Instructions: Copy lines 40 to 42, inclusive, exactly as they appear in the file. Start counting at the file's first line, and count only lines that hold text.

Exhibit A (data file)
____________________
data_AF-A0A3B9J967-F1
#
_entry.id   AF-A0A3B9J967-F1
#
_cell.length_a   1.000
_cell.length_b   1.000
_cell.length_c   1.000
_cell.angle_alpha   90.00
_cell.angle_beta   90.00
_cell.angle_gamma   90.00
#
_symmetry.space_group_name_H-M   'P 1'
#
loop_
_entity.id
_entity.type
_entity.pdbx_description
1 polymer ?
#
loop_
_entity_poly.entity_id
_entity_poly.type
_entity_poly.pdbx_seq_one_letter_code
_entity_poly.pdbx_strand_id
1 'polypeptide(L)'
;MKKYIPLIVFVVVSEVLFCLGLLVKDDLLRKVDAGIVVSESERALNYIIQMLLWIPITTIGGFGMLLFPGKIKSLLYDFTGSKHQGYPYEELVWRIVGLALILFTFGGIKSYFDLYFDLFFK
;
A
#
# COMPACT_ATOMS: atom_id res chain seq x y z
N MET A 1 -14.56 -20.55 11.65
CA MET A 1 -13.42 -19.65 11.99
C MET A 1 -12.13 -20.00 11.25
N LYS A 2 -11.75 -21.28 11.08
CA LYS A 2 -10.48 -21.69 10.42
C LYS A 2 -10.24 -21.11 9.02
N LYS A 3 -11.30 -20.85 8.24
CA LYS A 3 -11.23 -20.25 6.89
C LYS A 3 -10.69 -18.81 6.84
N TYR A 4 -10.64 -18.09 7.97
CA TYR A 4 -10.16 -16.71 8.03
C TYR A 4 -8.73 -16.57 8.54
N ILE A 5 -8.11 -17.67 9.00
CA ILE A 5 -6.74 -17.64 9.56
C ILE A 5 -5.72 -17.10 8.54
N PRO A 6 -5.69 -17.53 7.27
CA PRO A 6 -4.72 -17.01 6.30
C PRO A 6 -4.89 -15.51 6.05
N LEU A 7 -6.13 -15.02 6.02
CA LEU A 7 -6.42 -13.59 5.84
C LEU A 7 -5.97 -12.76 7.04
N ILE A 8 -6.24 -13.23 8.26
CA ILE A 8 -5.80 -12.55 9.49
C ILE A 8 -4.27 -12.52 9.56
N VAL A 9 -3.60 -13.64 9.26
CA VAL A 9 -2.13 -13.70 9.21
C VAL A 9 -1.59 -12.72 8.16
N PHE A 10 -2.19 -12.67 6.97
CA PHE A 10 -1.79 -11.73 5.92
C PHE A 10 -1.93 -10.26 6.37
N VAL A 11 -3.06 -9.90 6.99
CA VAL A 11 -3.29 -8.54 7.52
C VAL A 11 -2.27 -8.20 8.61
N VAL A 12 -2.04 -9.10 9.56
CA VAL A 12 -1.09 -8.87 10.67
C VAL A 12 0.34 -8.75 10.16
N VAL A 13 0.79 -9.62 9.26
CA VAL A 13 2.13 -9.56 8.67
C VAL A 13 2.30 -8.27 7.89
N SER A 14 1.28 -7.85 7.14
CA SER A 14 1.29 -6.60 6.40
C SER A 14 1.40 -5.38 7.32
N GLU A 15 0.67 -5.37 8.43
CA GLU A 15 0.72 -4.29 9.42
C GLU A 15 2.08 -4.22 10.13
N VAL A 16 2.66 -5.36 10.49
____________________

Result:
N TYR A 4 -10.64 -18.09 7.97
CA TYR A 4 -10.16 -16.71 8.03
C TYR A 4 -8.73 -16.57 8.54